Campus kitchens receive ingredients, including yogurt for daily breakfast service, in containers which are usually destined for the trash after one use because plastic #5 cannot be recycled locally. However, the kitchen team now makes the containers available to students, faculty, and staff to take and use for food storage such as dining hall leftovers. In addition, a set of these containers are kept in all campus residency kitchens so that students do not have to purchase plastic takeaway containers.
The college has designated a room where the campus community can bring school supplies, books, clothes, and other miscellaneous materials that would otherwise go straight to the trash or be moved off campus to be recycled or donated. The Free Box is a much-loved space for reusing, re-purposing and otherwise sharing previously-owned items, and was transformed from a literal cardboard box (and overflowing piles of clothes) into a retail-like space with clearly labeled shelves and hanging racks for clothing, accessories, and kitchen and household items. This space allows anyone to browse the well-organized resources and acquire items for their closet, kitchen, art project, room, or other use.
Free wood pile:
The free wood pile is leftover wood from student, staff, and faculty building projects. The pile, marked by signs, is open to any campus community member wishing to acquire wood for secondary use free of charge. It is located at the Buildings & Grounds facility, and is a topic on the annual sustainability orientation scavenger hunt, ensuring that all incoming students are aware of its existence and the availability of free wood for future projects.
Art projects from recovered materials:
The COA community is full of creative people and unique opportunities, and many art projects include materials recovered from recycling and waste disposal. Our discarded resources team leaves all trash/recycle bins unlocked, therefore allowing community members to remove still-useful items. Art installations of all sorts incorporate these discarded resources to help lower supply costs while reducing materials otherwise bound for disposal.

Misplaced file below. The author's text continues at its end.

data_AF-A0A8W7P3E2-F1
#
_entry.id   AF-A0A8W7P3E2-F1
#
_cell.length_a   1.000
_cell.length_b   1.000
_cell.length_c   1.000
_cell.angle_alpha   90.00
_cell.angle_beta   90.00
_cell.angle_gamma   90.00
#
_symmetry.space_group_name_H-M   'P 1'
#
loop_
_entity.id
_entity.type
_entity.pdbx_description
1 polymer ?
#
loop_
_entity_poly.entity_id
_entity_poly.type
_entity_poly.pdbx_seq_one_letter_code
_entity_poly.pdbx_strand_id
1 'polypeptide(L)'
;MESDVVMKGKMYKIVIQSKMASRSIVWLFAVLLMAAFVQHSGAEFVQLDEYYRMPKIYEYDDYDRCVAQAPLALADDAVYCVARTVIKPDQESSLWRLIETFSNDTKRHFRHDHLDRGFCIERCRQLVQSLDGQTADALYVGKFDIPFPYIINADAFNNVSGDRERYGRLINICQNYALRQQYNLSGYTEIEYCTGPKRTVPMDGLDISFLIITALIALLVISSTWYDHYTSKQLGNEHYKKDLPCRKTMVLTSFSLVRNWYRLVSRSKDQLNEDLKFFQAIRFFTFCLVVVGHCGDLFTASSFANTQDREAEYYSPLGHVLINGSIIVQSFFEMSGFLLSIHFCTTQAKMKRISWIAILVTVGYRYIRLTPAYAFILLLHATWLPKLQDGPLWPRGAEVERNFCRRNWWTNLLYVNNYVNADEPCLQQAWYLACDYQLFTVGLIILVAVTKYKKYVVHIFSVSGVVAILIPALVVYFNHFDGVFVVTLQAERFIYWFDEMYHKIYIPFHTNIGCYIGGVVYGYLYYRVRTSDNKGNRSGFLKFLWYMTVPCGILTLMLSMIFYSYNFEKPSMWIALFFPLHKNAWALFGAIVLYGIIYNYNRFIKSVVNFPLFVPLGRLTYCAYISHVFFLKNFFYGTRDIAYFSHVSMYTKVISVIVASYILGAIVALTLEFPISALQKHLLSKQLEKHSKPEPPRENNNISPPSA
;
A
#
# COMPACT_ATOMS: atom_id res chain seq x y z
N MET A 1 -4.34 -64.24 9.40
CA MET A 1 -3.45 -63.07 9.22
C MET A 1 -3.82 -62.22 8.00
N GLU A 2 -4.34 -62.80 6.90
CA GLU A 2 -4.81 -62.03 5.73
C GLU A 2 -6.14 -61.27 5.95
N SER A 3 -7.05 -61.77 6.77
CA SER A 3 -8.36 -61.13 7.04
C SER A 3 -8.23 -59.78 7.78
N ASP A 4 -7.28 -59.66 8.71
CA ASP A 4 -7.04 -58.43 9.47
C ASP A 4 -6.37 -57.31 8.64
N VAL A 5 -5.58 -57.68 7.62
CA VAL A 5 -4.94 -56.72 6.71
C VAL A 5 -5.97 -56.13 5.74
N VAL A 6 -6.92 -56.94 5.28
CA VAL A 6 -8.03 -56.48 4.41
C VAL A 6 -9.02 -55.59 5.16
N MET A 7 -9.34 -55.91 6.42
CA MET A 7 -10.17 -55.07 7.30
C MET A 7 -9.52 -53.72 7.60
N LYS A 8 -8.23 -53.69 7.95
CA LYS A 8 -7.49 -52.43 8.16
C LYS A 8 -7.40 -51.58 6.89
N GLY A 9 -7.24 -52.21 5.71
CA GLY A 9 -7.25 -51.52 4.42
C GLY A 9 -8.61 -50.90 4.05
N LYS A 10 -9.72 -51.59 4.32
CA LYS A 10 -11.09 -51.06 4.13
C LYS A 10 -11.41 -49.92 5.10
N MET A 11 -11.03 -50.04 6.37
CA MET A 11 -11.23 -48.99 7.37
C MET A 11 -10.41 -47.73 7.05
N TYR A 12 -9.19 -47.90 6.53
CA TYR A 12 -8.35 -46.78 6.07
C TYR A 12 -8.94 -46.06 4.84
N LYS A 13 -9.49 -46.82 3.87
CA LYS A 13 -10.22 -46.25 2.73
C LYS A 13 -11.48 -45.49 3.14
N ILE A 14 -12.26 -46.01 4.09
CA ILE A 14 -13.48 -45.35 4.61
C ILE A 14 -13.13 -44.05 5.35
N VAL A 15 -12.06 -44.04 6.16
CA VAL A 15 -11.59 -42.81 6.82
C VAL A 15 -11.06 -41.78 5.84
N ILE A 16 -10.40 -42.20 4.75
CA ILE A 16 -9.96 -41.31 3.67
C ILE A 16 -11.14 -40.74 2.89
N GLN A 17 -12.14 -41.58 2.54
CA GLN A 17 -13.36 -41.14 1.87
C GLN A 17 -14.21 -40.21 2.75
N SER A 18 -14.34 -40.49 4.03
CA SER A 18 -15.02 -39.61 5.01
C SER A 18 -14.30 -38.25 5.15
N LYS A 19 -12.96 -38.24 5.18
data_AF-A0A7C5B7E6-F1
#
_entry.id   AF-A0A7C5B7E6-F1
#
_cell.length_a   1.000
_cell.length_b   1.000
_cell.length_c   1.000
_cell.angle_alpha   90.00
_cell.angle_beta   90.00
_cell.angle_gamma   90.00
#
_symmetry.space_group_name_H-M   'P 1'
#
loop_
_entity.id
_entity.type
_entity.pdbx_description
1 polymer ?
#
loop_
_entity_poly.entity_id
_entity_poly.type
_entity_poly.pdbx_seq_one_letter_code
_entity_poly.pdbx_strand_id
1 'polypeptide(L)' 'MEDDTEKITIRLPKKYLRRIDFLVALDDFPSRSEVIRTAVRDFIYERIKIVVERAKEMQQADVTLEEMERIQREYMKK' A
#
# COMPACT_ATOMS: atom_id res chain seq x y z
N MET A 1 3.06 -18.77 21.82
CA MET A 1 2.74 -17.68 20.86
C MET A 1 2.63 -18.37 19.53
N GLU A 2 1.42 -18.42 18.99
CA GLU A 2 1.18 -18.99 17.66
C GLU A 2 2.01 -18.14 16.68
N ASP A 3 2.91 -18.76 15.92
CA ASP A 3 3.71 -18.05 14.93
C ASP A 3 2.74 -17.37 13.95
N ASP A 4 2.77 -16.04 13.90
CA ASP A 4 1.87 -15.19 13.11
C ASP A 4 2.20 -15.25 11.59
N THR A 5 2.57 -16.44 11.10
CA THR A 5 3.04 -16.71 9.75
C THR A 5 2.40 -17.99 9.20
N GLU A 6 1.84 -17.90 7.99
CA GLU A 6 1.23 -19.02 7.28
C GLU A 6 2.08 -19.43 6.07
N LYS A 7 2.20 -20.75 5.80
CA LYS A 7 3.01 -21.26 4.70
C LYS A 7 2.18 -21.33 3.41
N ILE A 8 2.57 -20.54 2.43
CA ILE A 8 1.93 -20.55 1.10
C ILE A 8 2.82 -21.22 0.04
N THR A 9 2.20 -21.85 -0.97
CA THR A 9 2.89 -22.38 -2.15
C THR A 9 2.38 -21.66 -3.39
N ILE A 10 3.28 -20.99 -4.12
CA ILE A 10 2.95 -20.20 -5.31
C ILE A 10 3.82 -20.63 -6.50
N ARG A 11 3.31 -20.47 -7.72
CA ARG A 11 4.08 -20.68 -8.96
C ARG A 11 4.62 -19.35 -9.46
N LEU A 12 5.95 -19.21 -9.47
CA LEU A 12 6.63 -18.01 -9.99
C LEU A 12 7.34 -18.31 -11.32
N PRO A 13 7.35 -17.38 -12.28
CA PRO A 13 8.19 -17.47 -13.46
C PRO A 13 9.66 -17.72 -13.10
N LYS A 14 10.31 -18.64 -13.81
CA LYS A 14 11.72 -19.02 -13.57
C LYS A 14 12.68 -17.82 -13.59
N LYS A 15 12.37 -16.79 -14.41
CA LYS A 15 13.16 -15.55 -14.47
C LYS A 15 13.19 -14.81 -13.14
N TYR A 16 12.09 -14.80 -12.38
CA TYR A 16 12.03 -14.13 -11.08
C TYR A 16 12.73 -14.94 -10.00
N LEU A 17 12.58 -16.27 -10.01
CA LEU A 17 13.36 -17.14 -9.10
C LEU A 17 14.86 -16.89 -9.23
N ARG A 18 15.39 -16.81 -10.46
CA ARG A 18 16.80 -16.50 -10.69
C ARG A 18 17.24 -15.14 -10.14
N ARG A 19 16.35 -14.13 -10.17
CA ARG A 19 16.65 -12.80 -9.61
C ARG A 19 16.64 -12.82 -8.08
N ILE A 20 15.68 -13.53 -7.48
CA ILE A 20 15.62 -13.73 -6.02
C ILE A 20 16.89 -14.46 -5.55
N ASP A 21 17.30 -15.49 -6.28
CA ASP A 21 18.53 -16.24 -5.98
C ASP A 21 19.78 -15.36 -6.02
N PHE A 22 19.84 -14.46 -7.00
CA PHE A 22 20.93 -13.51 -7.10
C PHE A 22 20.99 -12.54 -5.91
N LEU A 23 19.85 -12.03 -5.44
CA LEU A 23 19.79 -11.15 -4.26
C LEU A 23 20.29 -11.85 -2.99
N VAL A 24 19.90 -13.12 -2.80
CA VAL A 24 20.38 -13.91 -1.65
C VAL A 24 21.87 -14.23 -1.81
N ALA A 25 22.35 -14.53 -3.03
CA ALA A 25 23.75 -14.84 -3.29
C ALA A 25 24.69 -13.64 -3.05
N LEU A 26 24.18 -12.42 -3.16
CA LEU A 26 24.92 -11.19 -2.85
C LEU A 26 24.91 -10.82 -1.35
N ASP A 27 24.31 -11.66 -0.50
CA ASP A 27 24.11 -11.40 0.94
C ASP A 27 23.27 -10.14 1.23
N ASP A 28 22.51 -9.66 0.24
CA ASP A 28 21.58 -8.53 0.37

Compost from toilets:
Composting toilets, a part of the COA built environment since the opening of the Kathryn W. Davis Student Residences and Deering Common Community Center in 2008, help to reduce our water consumption and wastewater discharge. Instead of shipping this material off campus, the College uses the human compost as fertilizer for ornamental plantings on college grounds. Our eight composting toilets produce approximately 6.75 tons of “humanure” compost annually.
Materials intended for disposal but subsequently recovered and reused on campus, performance year (e.g. materials that are actively diverted from the landfill or incinerator and refurbished/repurposed) :
Does the institution use single stream recycling (a single container for commingled recyclables) to collect standard recyclables (i.e. paper, plastic, glass, metals) in common areas?:
Does the institution use dual stream (two separate containers for recyclables, e.g. one for paper and another for plastic, glass, and metals) to collect standard recyclables (i.e. paper, plastic, glass, metals) in common areas?:
Does the institution use multi-stream recycling (multiple containers that further separate different types of materials) to collect standard recyclables (i.e. paper, plastic, glass, metals) in common areas?:
Average contamination rate for the institution’s recycling program (percentage, 0-100):